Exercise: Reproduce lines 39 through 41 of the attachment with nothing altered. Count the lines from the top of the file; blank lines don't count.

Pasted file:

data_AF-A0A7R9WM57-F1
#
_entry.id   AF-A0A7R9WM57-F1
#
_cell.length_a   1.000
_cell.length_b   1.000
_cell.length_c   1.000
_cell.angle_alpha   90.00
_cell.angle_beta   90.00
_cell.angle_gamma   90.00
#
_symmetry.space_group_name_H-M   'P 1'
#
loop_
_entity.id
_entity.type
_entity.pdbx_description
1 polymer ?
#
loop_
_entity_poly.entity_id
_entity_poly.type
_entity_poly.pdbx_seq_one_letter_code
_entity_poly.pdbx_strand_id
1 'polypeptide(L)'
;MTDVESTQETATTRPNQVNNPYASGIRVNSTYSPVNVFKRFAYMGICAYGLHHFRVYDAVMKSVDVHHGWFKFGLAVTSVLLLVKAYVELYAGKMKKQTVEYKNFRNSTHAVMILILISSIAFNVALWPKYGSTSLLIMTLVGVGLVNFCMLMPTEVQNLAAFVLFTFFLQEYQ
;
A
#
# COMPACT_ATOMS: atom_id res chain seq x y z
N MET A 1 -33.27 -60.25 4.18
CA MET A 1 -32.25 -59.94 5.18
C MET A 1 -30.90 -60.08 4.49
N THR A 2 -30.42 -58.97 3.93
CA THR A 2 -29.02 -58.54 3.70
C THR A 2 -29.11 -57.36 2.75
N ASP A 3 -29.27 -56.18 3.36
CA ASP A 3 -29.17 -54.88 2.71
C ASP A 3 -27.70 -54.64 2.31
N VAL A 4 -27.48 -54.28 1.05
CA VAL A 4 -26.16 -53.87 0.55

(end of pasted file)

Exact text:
C ASP A 3 -27.70 -54.64 2.31
N VAL A 4 -27.48 -54.28 1.05
CA VAL A 4 -26.16 -53.87 0.55